Principia Discordia > Think for Yourself, Schmuck!

Who are "They"?

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Aw fuck, now I really have to steal my housemate's copy of "Acts of Meaning".  It actually studies the whole idea of shared paradigm and where it all came from - who's the "they" in "they say" and all that.

I'll actually contribute something meaningful once I make sense of the book.  I always blow standardized tests out of the water...except in reading comprehension.  My brain just doesn't make the same conclusions the testmakers do, I guess. :)

i'd like to give a meaningful explanation of "they," but i'd rather just be honest. "they" is what you, or i anyway, say when there's something going on that you don't like and have no power to change, and you're too lazy to actually find out who or what is responsible.  it's easier to say "THEY did it."

"they" don't really exist.  "they" are a convenient abstract proxy, like "God" but even closer to our minds, that exists because of our inherent need to encapsulate and compartmentalize everything.  "their" identity changes as fast as the context of the discussion, but seldom (except in sloppy speech) do those in the discussion lose track of who "they" are at any given point.

They is what we were before we were us.

They refers back to a subset of those who are not us, but could be us, at any point in the past or future.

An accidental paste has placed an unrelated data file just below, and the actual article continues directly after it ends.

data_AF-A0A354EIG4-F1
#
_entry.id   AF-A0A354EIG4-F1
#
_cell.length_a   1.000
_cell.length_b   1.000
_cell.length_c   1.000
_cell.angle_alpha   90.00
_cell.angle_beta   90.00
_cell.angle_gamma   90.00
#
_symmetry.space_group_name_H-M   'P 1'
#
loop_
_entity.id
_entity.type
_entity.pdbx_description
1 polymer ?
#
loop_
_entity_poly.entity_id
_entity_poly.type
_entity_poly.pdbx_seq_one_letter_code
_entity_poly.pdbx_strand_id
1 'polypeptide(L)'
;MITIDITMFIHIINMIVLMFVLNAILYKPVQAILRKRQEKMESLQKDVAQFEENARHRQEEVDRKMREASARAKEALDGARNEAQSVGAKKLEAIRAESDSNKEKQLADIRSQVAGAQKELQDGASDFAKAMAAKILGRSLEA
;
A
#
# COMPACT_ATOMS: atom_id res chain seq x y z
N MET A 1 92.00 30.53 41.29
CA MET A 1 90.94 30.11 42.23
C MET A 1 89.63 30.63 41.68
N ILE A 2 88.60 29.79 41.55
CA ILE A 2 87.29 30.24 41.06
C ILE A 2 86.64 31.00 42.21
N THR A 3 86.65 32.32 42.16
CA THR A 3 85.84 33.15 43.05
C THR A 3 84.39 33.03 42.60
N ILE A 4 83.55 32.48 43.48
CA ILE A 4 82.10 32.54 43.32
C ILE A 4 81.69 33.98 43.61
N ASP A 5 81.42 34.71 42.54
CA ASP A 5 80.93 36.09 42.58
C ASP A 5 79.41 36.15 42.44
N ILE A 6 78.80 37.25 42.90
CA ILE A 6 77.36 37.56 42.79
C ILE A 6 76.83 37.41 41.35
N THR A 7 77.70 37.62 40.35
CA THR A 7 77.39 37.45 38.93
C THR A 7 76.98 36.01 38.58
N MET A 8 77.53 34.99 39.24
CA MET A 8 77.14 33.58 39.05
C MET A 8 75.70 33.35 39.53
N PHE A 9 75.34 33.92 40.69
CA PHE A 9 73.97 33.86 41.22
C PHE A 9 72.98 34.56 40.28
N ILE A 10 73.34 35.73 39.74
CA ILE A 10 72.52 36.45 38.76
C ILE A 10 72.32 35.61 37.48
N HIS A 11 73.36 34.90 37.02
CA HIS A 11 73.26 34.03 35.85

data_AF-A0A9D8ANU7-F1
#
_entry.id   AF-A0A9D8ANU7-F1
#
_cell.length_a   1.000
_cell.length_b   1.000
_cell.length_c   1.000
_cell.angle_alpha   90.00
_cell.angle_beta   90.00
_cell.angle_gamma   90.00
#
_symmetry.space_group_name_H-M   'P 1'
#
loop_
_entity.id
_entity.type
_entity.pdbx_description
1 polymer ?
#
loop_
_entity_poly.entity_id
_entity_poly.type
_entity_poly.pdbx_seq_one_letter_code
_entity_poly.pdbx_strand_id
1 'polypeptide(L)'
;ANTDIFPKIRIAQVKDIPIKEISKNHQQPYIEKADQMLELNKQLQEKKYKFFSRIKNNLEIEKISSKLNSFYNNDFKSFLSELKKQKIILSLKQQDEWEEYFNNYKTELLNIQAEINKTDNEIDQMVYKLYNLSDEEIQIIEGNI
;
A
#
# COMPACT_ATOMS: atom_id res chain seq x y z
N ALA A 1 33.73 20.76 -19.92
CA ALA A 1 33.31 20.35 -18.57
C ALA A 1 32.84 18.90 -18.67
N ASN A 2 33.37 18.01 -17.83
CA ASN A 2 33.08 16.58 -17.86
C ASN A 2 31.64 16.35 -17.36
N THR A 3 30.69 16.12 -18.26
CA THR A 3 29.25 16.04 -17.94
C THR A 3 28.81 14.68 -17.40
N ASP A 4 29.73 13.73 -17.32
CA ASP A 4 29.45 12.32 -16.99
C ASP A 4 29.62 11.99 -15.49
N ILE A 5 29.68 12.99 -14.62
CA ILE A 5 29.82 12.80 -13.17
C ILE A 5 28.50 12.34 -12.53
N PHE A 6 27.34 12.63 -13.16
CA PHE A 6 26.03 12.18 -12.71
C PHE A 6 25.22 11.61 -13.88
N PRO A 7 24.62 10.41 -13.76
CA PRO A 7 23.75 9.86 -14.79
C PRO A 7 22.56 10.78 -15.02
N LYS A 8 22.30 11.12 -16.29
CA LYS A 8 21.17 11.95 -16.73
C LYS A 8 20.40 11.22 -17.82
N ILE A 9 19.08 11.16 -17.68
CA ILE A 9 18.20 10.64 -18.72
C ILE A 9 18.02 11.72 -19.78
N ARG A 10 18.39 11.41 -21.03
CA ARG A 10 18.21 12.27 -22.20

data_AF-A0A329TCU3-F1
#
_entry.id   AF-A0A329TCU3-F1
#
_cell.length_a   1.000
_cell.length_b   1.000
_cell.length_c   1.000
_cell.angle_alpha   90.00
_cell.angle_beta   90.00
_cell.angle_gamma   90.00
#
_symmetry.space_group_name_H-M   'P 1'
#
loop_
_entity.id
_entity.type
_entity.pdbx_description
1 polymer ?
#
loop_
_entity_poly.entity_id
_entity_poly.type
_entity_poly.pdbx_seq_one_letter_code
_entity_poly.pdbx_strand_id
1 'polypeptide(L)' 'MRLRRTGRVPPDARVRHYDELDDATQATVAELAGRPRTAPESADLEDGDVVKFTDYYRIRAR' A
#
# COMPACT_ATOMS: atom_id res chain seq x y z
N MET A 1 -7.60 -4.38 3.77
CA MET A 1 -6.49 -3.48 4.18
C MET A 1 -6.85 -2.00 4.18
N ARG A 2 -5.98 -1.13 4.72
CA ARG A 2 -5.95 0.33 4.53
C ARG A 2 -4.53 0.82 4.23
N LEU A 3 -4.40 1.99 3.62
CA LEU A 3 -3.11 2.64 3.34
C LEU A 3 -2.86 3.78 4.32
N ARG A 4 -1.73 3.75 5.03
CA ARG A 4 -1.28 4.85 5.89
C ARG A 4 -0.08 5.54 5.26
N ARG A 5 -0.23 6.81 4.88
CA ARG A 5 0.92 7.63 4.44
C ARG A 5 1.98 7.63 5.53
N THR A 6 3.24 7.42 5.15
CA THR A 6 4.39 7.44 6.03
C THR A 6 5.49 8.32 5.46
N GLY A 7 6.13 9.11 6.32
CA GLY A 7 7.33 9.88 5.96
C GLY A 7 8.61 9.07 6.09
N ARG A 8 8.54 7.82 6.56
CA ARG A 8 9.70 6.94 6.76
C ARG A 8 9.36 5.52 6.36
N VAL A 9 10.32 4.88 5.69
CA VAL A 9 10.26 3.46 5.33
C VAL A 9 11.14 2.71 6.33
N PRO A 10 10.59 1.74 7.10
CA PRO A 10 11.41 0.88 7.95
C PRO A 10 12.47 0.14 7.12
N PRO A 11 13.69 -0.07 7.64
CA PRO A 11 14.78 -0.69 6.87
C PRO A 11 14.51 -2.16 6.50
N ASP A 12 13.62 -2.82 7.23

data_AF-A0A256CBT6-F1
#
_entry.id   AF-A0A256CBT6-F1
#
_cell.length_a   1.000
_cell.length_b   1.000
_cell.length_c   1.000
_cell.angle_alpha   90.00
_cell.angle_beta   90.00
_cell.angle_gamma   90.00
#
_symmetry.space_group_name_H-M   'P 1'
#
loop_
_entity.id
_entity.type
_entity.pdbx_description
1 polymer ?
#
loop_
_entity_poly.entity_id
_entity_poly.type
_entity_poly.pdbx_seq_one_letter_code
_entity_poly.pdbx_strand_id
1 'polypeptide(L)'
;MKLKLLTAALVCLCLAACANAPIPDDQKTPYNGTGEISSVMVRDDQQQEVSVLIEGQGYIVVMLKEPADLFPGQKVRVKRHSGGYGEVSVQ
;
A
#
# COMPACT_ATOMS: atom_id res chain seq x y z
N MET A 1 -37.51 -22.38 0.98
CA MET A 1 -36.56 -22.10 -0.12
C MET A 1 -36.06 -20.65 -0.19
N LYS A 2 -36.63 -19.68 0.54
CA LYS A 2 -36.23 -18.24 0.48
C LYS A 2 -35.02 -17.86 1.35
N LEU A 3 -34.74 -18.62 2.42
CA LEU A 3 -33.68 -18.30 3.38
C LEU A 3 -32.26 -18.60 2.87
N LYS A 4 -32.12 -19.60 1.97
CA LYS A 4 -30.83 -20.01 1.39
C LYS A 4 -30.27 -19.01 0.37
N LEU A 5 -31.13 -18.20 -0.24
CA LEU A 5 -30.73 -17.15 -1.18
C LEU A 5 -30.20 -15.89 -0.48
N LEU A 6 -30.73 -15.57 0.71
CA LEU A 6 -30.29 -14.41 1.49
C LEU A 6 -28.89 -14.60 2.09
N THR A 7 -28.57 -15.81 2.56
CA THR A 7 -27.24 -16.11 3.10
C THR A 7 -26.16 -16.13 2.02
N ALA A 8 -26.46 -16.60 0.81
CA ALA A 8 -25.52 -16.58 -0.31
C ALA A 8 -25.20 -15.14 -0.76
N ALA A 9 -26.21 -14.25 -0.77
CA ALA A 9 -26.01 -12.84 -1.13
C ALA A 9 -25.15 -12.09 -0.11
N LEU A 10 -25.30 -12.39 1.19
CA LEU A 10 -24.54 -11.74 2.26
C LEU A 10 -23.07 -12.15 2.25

I don't find the referentials negative at the outset, as in the us factor, either.  It's all in context.

Maybe that's just the linguist in me talking.

Triple Zero:
well i think it's important that we differentiate between the two types of "they" we often use on these boards:

1 - just coming back from the bathroom, John finds that half his friends have gone out to get some pizza "where did they go?", he asks to the rest.

2 - They want you to be as productive as possible until you're 70.

the first case is just the regular way of referring to a group of people in third person. nothing much out of the ordinary with that (i guess).

the second case, and i agree with vex here, often used when people are too lazy to find out what's really going on. though if you just want to make a point, it can be very useful to take a shortcut like that.
though in such cases i think it would be a bit more useful to word your statement in terms of he Machine or something, if you want to speak as They/Them as some actual anonymous entity, just to make it obvious that you couldn't point out who "They" are, but that They are made up of the sum of stupidity of humanity or some other emergent property of our race.

In the second case, you're speaking of a meme, a "sense".  It seems to be an anthropomorphication (christ, is that a word?) of a paradigm that has been set in motion by general attitudes, not by specific people. 

Humans seem to want to make non-sentient things "human".  This is one more example.


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